Coaching Salespeople on Posturing

I originally published this article on my other blog in June of 2011. I hope you enjoy it.

Who do your salespeople identify with when they’re working? Do they think that they’re better than the person that they’re talking with? Smarter? Do they feel that they’re at a disadvantage? Do they think that the prospect has all the power? How do they feel about gate keepers? Can they adjust as they interact with people at different levels of the organization? Do people at different levels of the organization relate to your salespeople?

You can do little things that show that you understand ‘their’ world, regardless of who ‘they’ are.

On a coaching call recently, the salesperson told me that the chairman of the board had introduced the salesperson to the president of the company. These are excerpts from that intro. “______, I just got off the phone with ____. We were reminiscing about good ‘ol _____ days and some of the projects we worked on together when (company name) was pushing _____ stuff. I understand she worked with you occasionally as well.

_____ is now running a ______ consulting company focused on _____. Some of the things they did @ (company name) in the early days of ___ bear resemblance to some of the challenges we have in (our new company). I think you’d enjoy talking to ____ and getting re-acquainted and exploring possible marketing projects @ (our new company.)

Consider yourselves re-introduced. “

How could the president refuse? During our next coaching call, the salesperson told me that the president had talked pretty freely about history, the team, general plans, but time ran short and they scheduled a follow up call. However, during the second call, the president was less forthcoming and although my client was uncovering reasons for change, the president was holding back.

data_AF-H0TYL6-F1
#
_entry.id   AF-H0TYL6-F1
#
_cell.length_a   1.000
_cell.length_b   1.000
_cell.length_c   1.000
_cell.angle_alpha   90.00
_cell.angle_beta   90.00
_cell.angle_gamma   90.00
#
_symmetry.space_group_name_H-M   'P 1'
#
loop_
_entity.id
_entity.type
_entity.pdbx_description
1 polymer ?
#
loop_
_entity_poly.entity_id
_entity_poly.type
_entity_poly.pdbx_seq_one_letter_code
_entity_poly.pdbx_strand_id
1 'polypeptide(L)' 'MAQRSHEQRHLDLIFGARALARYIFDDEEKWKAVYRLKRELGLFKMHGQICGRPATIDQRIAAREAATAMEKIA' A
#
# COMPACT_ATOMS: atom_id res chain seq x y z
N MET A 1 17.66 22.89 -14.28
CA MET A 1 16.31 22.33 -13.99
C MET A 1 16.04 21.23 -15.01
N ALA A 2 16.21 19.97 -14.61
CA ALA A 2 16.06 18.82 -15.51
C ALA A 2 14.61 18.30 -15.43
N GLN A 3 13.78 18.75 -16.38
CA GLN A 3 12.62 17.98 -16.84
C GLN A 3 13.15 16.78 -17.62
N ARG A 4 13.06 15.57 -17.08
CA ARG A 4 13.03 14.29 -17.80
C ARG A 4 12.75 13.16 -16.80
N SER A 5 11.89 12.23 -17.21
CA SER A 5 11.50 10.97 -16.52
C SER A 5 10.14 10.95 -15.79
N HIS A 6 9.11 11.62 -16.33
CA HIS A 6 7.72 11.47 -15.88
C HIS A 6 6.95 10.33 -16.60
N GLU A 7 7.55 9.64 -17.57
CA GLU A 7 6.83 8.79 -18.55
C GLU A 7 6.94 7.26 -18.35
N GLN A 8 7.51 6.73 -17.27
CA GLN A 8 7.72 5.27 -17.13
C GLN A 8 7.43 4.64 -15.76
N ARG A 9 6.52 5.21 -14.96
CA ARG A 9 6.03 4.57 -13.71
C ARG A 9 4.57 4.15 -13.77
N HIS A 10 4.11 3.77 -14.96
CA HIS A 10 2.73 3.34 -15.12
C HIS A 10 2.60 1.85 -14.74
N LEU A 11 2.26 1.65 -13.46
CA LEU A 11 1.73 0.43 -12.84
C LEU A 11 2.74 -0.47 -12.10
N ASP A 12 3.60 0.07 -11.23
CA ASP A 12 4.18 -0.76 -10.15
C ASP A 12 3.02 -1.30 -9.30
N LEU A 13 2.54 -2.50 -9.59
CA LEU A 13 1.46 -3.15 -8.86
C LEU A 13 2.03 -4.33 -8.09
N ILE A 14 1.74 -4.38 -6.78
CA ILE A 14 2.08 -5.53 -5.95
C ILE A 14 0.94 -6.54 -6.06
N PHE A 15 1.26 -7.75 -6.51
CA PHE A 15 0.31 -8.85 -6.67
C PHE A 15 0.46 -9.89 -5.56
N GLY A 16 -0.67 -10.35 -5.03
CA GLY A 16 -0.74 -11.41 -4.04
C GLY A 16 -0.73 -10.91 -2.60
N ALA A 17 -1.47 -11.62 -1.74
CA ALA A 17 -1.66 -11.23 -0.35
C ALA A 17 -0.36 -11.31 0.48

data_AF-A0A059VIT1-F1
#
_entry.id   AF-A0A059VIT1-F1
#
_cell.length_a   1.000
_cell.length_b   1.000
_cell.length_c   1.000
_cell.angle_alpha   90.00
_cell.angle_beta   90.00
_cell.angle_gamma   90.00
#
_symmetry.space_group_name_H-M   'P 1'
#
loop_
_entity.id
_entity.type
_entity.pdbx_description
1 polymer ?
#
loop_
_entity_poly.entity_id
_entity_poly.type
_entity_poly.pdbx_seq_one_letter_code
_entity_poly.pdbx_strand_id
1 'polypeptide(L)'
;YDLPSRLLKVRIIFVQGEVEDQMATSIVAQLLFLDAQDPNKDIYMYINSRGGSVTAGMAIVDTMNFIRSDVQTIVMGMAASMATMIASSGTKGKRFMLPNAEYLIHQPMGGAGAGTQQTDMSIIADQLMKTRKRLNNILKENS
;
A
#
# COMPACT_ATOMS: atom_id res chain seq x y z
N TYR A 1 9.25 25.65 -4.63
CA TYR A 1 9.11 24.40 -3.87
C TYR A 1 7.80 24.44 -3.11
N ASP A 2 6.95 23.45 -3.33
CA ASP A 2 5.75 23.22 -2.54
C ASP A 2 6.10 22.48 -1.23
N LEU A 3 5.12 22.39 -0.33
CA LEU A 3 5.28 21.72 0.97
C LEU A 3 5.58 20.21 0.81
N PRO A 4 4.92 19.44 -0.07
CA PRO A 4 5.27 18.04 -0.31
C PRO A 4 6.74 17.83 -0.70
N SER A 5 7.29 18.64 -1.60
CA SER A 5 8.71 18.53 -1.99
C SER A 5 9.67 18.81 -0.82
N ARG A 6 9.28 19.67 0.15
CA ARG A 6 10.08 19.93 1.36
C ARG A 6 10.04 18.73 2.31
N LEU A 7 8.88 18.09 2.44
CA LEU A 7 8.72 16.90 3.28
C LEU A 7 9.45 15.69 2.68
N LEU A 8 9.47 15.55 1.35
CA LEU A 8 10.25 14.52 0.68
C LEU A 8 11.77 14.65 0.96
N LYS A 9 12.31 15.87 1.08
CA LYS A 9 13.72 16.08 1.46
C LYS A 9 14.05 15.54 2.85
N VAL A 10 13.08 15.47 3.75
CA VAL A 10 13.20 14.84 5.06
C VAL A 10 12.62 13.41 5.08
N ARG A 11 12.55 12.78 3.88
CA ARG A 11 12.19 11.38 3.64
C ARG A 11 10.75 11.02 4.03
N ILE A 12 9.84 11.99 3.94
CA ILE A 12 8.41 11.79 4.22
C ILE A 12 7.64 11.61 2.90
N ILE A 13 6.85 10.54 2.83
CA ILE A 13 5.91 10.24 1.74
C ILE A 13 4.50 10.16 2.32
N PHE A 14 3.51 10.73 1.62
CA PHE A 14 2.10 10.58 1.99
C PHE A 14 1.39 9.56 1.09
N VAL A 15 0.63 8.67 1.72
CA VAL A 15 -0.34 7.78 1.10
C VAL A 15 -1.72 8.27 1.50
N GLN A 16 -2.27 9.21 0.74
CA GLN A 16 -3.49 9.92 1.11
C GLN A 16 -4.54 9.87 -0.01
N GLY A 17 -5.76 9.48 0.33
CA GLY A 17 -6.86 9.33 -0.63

My client thought that there were many opportunities, but that the president wasn’t making them a priority and was trying to decide how to change his mind. After the first cpnversation, my client sent this email to the Chairman of the Board. “Just wanted to let you know I had a very interesting 45 minute conversation with ____ yesterday, and we’re scheduled to talk again on Tuesday. Thanks for suggesting we connect. Hope you have a wonderful Memorial Day weekend!” After the second conversation, my client didn’t want to bother the chairman. I explained that the chairman had a reason for making the intro. He’d want to know what happened with his president. So, my client sent another email to the Chairman. “Do you have a few minutes to talk about the conversation I had with ____ yesterday?” His reply, “I have some time tomorrow morning. I’ll be travelling to the airport at around ______. Maybe we can talk on the way?”

After that call, I got a voicemail from my client that started with, “Thank you. Thank you. Thank you.” Later, my client told me that the conversation was now at the board level and the chairman was coaching my client on how to ‘handle’ the president. My client is now postured at the board level as an expert.

Another quick story about another client. A while back, this client was brought into a conversation by the CMO, who happened to be the son of the owner. The owner was on the call as was the COO, the other son. My client told me that the two brothers spent the whole call arguing and that it was difficult to make any headway, but that they did uncover a few significant issues to did down on. I advised my client to call Dad and lead with, “Are they always like that?”. My client was immediately postured as Dad’s peer. They understood and connected.

Salespeople need to pay attention. It’s not all about your stuff. It’s about your posture.

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One thought on “Coaching Salespeople on Posturing

  1. Rick – I think part of posture is that you bring value and insights. While overused, you must become a trusted advisor, whether selling a product or service, that helps the buyer create and achieve a better vision. You earn that right in having a walking tall posture when you bring real value to each person at the buying organization

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